Review: The Phoenix Theatre's "Next to Normal"

February 6, 2013
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The Phoenix Theatre’s production of “Next to Normal,” the Pulitzer-Prize-winning musical about the impact of a woman’s mental illness on herself and her family, is an earnest, unique curiosity, more admirable than affecting…at least, for me.

In talking to others who have seen this and the New York production of the show, I’ve come to realize that that it’s near impossible to predict who is going to buy into “Normal.”

Those whose families have struggled with mental illness? Some will find it simplified and irresponsible, others will see it as profound.

Therapists? Some are likely to be angry; other’s to say “it’s about time.”

Musical theater buffs? Some have it on a pedestal; other’s wonder why the characters seem to do little except sing at each other.

I could divide everyone I know into those who would or wouldn’t like “Cats” or “Ragtime” with a margin of error of maybe 5%. With “Next to Normal,” well, there’s no telling.

There are those deeply impacted by the torment-filled show and see its no heroes/no villains exploration of its serious subject as cause enough for praise. There are others for whom “Next to Normal” is little more than an exhausting angst-fest, in-your-face but with little to say. For them, it’s just as artificial as lighter musicals, only with a greater sense of self-importance.

I can’t speak for the Broadway production, but at the Phoenix, an uncertain tone, less-than-rocking orchestrations and an acceptable-but-not-exceptional cast accentuate instead of mask the show’s weaknesses. These include power ballads that may have been more impressive when diffused through a larger theater and backed by a stronger band, a subplot that doesn’t rise above “Afterschool Special” level, and a confused, would-be empowering ending that isn’t earned. I’d be more specific, but I’m trying to resist spoilers. Suffice it to say that if the writing, directing, and acting came together more often the way they do at the end of the first act—and if the overall impact was as sad and truthful as the way the lead character’s confusion heartbreakingly comes through in actress Emily Ristine’s eyes—“Next to Normal” would be a must see. For just about anyone.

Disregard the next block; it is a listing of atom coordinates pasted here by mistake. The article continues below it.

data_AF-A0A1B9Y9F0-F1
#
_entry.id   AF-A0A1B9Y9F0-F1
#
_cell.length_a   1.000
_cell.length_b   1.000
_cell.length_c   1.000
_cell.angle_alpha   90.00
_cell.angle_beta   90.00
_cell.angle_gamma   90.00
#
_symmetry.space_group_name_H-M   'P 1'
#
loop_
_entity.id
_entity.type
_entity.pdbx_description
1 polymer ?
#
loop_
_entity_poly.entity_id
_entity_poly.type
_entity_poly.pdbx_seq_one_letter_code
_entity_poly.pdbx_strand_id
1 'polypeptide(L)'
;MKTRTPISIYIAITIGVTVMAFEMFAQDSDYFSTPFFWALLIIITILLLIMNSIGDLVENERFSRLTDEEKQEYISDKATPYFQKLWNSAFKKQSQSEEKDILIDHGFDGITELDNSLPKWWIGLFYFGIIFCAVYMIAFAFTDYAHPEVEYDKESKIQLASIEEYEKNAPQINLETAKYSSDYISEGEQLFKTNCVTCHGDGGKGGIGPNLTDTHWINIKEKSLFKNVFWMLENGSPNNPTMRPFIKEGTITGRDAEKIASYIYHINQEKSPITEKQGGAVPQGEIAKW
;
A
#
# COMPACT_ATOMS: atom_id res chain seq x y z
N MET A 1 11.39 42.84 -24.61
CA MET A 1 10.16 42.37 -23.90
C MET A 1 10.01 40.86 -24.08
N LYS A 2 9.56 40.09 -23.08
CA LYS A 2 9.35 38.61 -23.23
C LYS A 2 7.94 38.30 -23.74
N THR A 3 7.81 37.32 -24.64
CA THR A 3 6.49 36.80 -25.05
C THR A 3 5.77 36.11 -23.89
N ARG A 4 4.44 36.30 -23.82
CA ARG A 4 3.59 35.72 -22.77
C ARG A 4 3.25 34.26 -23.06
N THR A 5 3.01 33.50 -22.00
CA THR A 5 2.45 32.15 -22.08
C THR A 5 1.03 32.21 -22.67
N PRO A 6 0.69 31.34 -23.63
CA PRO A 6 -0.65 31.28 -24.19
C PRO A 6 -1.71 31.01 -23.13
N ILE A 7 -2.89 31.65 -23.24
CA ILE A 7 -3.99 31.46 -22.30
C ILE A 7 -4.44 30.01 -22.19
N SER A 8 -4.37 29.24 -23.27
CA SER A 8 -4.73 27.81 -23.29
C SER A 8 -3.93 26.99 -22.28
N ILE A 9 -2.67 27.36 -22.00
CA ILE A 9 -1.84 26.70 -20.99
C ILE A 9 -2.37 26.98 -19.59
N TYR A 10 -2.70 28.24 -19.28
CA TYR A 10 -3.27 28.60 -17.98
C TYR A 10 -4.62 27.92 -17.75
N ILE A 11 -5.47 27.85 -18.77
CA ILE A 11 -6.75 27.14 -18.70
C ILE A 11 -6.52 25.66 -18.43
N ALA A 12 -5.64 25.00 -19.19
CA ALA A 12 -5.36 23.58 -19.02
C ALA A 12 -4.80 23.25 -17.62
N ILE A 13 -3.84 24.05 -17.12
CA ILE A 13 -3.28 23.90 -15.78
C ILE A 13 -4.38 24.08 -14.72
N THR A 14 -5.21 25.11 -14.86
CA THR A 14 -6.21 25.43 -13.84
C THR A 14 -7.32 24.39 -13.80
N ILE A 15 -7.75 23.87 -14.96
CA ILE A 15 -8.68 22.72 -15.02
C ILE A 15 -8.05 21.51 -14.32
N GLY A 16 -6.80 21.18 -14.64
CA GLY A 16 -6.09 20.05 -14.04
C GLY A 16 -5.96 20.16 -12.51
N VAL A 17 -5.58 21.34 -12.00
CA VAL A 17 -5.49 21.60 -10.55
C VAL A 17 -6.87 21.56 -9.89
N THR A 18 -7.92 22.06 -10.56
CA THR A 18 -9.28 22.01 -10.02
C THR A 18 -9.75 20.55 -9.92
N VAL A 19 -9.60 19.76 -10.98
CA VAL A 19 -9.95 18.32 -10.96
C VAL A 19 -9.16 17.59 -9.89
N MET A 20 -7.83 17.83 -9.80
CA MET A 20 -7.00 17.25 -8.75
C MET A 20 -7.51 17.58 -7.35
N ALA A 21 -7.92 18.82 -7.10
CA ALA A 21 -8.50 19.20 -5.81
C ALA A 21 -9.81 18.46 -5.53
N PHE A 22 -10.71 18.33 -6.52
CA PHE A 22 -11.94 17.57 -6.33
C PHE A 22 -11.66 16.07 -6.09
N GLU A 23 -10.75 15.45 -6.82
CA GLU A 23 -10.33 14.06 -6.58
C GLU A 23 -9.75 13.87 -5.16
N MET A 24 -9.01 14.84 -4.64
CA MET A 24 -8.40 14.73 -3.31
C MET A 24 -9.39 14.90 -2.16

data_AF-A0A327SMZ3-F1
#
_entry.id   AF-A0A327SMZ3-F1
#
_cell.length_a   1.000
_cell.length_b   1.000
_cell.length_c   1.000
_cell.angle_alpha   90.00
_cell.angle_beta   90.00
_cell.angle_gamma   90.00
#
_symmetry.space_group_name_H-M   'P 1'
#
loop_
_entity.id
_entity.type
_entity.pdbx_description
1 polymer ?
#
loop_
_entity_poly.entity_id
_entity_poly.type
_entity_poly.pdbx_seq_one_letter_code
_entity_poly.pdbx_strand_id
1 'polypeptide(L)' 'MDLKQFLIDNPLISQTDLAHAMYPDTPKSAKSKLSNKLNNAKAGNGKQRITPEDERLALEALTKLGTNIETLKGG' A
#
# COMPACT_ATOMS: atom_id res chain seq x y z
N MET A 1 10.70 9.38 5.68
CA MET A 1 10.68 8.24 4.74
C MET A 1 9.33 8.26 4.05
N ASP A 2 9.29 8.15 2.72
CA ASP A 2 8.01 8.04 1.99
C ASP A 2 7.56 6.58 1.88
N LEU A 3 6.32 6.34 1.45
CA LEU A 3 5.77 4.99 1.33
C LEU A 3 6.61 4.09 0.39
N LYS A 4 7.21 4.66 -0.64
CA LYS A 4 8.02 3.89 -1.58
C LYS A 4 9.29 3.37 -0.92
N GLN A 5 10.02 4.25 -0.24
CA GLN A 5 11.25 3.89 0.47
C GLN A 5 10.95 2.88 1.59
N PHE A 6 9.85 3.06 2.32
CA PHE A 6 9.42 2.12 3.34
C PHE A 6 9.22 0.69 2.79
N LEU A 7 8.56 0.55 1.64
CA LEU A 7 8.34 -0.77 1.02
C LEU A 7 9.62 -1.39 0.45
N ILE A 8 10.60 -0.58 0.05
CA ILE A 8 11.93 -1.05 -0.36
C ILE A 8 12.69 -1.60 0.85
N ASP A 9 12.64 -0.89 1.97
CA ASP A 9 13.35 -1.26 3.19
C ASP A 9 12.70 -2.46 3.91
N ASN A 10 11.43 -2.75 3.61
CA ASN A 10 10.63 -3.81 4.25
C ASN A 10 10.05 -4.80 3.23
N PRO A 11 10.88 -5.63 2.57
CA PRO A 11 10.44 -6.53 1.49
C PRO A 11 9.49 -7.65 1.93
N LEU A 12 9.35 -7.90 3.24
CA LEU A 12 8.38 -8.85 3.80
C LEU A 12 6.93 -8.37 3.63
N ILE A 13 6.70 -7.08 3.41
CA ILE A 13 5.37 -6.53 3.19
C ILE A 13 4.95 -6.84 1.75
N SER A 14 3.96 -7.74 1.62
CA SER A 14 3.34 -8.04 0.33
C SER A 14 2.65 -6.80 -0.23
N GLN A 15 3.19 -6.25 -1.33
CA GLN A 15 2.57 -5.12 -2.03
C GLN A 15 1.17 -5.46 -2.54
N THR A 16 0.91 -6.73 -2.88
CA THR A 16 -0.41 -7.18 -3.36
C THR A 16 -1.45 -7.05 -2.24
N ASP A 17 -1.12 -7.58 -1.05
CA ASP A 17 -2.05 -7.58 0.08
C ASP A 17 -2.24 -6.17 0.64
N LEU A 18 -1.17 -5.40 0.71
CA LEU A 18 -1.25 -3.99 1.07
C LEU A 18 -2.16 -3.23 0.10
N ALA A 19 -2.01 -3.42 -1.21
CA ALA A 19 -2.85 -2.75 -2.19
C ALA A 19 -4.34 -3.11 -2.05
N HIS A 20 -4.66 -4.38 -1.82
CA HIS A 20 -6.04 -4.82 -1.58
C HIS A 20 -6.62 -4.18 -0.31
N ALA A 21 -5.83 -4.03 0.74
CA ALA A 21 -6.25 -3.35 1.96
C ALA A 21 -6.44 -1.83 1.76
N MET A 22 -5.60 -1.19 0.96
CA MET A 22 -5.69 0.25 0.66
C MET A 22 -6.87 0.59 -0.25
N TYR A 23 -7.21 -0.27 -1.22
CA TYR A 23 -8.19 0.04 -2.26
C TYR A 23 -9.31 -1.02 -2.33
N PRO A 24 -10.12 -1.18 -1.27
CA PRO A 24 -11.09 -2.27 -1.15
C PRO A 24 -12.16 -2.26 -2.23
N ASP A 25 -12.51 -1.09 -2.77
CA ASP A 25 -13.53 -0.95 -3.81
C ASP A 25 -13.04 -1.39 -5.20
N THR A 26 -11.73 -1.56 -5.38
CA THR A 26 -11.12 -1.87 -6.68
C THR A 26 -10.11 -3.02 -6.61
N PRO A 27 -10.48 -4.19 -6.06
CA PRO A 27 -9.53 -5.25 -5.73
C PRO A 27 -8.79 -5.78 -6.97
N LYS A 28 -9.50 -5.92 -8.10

Your thoughts?

  • Next to Nevermind
    Thanks, Lou, for confirming my suspicion that this one wasn't worth attending. I almost saw it in NYC when it first opened, mainly because I have been a fan of Louis Hobson from back when he was in practically everything at the 5th Avenue Theatre in Seattle. I was really hoping to get to see him follow in Cheyenne Jackson's footsteps from Seattle to Broadway. After seeing the performance on the Tony Awards and reading more about the show, I opted for something less depressing. Sounds like I made the right choice. So, instead tonight it is opening night for 9 to 5 at Beef and Boards. Not a spectacular show to begin with, but at least I will leave happy.
    • worth attending
      Barbara, I never want to talk anyone out of going to see a show (okay, I did try to do that when Monopause: the Musical played the Athenaeum, but that was a special case). As I wrote, "Next to Normal" really speaks to some people. Your mileage may vary. Still, I'm glad that, if you aren't going, then you are opting to go to another show instead of resorting to TV.--Lou
    • I'd still give it a shot
      I swa Next to Normal at both Arena Stage in DC (when it was in its temporary Crystal City venue) and in NYC. You've aptly noted that it's tough to say who is going to really appreciate the show. I do think it is a more challenging production to do in a very small space. It's rock-oriented score filled with heavy ballads needs space to reverberate and dissipate. And because it essentially is an ensemble show, each cast member must really be firing on all cylinders for the experience to resonate. That said, it's not your typical musical and that alone is a reason that theatre lovers should check it out. It has a few gorgeous songs and explores issues not often found in a musical. Even if you don't love it, you'll find plenty to like.
    • Loved it!
      I saw Next To Normal on opening night and was thoroughly impressed with cast and the production as a whole. I'm going again this week and taking more people with me. I would urge everyone to go see this well done Pulitzer Prize winning musical!

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